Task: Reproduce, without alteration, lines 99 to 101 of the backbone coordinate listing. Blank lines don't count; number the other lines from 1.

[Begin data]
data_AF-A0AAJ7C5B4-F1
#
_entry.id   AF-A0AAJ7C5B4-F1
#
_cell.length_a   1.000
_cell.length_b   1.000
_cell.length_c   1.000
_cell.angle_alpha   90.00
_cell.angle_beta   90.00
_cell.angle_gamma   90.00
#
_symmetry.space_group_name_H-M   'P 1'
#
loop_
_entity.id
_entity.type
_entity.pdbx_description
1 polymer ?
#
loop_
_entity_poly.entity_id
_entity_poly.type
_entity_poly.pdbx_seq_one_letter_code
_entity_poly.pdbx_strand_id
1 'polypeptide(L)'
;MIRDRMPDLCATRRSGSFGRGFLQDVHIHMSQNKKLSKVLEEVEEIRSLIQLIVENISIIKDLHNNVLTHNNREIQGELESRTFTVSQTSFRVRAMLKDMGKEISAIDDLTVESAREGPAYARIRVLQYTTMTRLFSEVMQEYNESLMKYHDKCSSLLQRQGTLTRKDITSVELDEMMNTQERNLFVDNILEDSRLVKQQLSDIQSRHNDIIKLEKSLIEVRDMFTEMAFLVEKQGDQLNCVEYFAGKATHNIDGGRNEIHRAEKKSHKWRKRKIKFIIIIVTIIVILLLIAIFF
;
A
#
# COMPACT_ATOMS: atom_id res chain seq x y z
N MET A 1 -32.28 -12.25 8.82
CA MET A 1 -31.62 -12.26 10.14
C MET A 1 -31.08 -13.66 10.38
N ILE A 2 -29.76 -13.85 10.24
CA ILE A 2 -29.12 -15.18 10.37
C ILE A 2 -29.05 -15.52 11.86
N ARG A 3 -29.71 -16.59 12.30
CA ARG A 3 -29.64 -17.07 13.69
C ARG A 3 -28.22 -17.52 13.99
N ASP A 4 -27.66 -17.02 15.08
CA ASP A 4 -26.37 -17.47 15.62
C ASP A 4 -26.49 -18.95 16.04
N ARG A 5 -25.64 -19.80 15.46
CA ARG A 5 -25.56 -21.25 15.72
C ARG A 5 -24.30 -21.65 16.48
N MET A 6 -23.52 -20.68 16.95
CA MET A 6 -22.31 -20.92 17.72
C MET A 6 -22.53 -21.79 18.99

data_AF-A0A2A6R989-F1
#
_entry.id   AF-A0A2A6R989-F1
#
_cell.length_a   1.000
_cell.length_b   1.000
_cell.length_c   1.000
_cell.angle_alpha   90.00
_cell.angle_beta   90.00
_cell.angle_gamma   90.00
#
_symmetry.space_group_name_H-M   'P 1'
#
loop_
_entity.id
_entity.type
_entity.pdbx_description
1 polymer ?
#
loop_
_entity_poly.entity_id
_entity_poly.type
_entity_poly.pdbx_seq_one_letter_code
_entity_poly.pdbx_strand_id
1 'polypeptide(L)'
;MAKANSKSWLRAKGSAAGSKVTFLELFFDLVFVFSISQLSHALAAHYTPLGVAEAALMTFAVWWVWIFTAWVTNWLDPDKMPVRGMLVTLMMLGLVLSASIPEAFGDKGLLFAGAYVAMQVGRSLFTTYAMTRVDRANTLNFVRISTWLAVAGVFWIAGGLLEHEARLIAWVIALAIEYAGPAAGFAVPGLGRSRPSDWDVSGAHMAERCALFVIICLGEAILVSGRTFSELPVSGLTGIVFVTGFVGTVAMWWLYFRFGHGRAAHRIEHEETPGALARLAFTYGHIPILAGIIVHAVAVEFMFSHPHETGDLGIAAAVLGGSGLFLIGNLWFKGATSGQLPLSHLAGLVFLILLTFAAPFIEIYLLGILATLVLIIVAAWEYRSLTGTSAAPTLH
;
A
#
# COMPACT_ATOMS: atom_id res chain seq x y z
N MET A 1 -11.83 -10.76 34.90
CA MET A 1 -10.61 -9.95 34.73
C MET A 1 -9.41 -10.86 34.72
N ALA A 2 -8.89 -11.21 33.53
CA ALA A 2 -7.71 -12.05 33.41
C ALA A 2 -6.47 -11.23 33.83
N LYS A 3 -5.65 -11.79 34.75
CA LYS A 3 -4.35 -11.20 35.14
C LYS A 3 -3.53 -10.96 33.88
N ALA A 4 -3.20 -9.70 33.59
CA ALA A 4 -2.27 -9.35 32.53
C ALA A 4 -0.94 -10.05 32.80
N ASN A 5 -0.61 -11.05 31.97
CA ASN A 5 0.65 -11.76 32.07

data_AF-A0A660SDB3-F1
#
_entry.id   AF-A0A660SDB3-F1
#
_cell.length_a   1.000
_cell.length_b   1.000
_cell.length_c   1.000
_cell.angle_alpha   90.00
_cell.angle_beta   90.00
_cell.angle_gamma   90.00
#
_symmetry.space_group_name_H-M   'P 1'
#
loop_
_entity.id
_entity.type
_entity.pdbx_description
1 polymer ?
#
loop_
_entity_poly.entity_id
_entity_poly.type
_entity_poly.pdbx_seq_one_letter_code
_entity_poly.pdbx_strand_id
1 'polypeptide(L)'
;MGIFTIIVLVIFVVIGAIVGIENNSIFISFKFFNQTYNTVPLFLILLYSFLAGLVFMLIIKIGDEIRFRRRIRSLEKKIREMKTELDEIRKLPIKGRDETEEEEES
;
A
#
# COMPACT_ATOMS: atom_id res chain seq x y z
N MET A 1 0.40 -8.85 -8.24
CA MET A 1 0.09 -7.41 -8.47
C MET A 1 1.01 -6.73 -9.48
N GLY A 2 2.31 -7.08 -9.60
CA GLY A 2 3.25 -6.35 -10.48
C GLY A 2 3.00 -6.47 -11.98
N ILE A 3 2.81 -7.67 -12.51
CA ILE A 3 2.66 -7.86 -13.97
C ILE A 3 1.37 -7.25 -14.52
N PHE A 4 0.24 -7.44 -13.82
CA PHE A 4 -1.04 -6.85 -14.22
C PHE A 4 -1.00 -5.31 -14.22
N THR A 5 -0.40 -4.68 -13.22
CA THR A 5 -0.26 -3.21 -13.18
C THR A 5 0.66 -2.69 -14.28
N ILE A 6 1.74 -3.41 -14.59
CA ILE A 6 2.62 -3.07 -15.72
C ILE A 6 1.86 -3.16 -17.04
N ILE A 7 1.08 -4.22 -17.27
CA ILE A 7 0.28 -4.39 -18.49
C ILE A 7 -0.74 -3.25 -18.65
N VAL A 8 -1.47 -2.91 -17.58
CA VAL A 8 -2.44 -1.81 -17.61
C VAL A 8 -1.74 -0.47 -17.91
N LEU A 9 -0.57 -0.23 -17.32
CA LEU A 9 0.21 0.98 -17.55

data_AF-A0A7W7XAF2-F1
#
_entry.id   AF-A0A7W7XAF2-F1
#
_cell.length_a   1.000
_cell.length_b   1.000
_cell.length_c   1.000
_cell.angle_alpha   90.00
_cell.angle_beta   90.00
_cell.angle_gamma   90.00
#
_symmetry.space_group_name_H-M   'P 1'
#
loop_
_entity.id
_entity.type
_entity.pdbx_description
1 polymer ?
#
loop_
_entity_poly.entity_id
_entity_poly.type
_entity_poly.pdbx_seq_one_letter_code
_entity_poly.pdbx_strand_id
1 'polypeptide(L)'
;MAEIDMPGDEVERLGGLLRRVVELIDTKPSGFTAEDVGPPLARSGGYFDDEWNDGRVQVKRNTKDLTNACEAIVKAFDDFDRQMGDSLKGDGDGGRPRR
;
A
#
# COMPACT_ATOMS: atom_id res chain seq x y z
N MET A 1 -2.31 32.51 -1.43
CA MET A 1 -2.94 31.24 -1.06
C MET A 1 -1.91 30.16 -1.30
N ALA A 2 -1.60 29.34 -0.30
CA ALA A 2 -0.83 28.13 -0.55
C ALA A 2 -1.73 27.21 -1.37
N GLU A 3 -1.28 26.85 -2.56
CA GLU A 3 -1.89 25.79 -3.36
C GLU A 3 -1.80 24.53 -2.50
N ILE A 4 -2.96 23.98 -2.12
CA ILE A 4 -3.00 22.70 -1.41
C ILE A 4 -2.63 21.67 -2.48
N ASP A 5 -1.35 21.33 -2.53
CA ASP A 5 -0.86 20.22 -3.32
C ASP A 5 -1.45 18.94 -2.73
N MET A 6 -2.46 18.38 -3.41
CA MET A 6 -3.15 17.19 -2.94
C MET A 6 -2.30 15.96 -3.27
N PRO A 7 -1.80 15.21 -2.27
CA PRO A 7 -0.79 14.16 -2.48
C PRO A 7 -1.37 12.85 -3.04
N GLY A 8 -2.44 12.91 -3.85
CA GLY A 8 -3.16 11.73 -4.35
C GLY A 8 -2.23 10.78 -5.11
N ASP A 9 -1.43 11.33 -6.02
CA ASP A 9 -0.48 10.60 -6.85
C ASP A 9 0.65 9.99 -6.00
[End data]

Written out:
_cell.length_c   1.000
_cell.angle_alpha   90.00
_cell.angle_beta   90.00